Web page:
A sinus infection is commonly referred to as sinusitis and very often attributed to allergies, though it may not always be caused this way. It’s characterized by swelling or inflammation of the lining of the sinuses. Sinuses are passages and usually filled only with air, but when they become clogged with fluid or mucus, they are a breeding ground for germs and bacteria, which live comfortably in warm, moist environments.
Causes of Sinus Infections
Allergies are often blamed for the uncomfortable heavy-headed feeling that come with blocked sinuses. Other causes include nasal polyps (small growths along the tissue lining the sinuses), the common cold or flu, and what is known as a deviated septum. A deviated septum is positional shift of the nasal cavity.
Types of Sinus Infections
Various strains can grow in the moist environment of mucus, but there are primarily four different types of sinusitis that cause these bacterial infections.
- Chronic sinusitis: Symptoms of inflammation and swelling in the sinuses that last more than eight weeks.
- Acute sinusitis: This is a sudden onset of symptoms including runny nose, clogged sinuses, congestion, and pain. This typically lasts less than 4 weeks, on average about 10 to 14 days.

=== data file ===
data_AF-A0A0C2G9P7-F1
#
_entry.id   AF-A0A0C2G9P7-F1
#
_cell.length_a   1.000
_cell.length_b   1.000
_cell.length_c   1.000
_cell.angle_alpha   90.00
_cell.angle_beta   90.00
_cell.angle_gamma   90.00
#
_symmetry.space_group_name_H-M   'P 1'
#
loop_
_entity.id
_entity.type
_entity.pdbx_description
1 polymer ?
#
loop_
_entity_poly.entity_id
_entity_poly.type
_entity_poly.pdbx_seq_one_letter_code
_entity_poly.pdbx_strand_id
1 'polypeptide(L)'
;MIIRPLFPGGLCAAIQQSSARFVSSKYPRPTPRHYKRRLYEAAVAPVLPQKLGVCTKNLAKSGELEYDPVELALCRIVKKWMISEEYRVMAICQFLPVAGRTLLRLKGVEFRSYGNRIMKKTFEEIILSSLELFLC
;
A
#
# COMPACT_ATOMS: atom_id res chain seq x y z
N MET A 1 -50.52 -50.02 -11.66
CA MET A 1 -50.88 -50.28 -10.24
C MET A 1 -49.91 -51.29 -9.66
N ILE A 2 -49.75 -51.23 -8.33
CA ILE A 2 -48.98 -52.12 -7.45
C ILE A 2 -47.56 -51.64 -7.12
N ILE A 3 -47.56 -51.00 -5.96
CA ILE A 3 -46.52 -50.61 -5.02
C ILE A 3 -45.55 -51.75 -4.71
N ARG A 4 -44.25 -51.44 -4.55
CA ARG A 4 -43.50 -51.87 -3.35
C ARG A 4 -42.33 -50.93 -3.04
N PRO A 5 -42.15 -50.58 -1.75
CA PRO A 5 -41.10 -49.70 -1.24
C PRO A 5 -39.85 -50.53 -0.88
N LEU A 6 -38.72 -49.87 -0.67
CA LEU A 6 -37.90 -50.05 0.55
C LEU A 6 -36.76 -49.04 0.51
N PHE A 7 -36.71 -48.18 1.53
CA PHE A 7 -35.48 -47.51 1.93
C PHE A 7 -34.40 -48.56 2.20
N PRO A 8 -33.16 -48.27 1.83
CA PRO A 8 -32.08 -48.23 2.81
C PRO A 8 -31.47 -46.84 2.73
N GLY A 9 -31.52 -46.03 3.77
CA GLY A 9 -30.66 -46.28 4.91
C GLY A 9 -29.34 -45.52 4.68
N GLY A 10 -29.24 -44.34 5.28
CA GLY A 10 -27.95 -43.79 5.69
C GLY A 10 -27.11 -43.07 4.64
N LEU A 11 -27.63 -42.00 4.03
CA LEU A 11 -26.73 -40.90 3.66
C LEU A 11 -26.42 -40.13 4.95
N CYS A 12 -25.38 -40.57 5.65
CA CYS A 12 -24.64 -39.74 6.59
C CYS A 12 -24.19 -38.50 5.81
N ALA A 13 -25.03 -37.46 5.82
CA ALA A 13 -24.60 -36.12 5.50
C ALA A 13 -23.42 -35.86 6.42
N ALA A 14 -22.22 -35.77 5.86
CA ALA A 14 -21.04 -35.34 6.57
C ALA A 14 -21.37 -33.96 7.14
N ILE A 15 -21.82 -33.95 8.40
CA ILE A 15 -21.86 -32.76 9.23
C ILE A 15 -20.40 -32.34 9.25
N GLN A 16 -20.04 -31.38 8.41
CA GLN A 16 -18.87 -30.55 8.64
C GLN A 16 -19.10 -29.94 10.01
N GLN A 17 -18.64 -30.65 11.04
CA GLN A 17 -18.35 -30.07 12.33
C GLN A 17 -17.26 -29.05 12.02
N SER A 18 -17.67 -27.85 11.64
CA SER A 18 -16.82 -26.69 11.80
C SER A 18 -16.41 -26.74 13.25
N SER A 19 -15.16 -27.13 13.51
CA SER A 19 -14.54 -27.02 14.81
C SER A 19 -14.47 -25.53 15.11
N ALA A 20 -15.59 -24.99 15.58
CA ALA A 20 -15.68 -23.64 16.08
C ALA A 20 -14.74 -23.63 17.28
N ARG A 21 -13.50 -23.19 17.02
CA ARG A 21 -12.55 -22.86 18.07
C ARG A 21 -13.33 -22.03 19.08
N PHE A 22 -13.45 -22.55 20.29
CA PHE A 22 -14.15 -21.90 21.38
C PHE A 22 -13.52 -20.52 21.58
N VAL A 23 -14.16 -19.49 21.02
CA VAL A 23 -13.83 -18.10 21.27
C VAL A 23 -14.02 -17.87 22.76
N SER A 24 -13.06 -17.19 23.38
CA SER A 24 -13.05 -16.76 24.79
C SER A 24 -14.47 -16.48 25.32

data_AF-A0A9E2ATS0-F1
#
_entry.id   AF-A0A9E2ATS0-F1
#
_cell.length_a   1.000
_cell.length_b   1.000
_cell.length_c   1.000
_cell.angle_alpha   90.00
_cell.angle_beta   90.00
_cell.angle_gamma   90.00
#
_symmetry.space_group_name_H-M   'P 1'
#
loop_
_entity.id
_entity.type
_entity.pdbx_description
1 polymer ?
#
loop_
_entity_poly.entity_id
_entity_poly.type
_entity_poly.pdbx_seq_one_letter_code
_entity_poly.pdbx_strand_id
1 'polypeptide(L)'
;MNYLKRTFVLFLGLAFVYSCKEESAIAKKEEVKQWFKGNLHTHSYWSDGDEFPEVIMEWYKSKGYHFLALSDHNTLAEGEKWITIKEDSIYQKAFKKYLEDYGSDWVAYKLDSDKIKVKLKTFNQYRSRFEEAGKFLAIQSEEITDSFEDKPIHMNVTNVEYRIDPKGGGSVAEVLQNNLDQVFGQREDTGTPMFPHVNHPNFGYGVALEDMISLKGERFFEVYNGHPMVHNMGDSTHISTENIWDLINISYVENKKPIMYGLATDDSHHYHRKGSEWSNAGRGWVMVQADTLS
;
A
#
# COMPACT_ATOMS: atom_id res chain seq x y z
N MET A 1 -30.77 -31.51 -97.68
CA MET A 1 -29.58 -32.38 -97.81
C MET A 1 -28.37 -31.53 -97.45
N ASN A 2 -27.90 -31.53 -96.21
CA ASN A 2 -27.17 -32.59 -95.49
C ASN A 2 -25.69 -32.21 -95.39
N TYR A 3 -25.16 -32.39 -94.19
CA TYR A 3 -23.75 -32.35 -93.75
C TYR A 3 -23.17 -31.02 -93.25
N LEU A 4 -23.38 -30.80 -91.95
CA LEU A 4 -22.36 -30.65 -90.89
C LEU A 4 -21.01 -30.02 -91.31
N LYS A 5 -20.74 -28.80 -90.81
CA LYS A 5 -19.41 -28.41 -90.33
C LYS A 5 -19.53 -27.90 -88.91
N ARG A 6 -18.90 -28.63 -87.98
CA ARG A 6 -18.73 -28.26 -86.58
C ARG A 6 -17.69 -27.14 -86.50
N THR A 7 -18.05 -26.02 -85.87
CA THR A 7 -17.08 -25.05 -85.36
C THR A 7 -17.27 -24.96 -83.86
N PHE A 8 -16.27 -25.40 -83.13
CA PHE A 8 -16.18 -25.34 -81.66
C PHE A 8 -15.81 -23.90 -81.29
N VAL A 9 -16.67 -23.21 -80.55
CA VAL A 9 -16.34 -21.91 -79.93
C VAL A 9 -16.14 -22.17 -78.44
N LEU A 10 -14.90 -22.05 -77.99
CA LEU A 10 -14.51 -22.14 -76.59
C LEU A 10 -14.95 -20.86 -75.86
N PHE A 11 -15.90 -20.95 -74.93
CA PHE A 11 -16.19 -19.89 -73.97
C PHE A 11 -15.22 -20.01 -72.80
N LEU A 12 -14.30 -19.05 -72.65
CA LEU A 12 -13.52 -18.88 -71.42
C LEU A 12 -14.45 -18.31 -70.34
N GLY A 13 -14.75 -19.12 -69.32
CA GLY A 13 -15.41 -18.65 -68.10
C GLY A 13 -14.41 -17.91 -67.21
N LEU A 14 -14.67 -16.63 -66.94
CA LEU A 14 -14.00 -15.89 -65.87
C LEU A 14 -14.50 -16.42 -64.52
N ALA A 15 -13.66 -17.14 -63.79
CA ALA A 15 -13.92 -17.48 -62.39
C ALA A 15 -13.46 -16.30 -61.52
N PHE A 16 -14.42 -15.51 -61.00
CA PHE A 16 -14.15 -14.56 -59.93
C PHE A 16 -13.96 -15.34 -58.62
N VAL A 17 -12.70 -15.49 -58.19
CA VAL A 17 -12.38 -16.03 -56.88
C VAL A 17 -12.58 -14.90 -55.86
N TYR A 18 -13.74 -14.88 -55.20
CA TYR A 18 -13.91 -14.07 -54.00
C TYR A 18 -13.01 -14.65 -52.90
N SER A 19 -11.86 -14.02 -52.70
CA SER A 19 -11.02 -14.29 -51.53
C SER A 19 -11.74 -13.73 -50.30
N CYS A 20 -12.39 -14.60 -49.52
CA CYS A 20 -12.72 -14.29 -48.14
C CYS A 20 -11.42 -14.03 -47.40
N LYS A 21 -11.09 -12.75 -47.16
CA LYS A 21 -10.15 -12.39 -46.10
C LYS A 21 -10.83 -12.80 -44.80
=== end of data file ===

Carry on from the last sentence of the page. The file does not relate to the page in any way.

- Subacute sinusitis: This infection lasts between 4 and 8 weeks.
- Recurrent sinusitis: This is generally a type that is classified by two or more attacks every year.
Symptoms of a Sinus Infection
How do you know whether you have a serious infection or just a common cold that doesn’t need to be treated? A bacterial infection usually gives the addition of more severe symptoms during that bout of the flu or allergy attack. They include, but are not limited to:
- Facial pressure or pain
- Discharge from the nose
- Stuffiness or nasal obstruction
- Cough and congestion
- Unable to smell
- Pus in the cavity
- Bad breath
- Dental pain
It should be noted here that these symptoms are also present in a common cold or viral illness. The more severe symptoms such as excess fatigue, facial pain, dental pain, and pus should send up warning flags. If it feels or looks like it could be more than just a common cold, talk to your doctor about getting a nasal swab and proper treatment.
Treatment of Sinus Infection with Amoxicillin
There are various treatments for sinusitis, oftentimes just letting the infection run its course. However, if the bacteria spreads and becomes debilitating, amoxicillin is often the medication of choice since the common strains that thrive in these cavities are susceptible to this antibiotic. There are healthy bacteria in the gut and body that are needed to keep it functioning properly, but antibiotics are unprejudiced and attack them all. Whenever you take an antibiotic, be sure to combat the “clean out” with a probiotic like yogurt.
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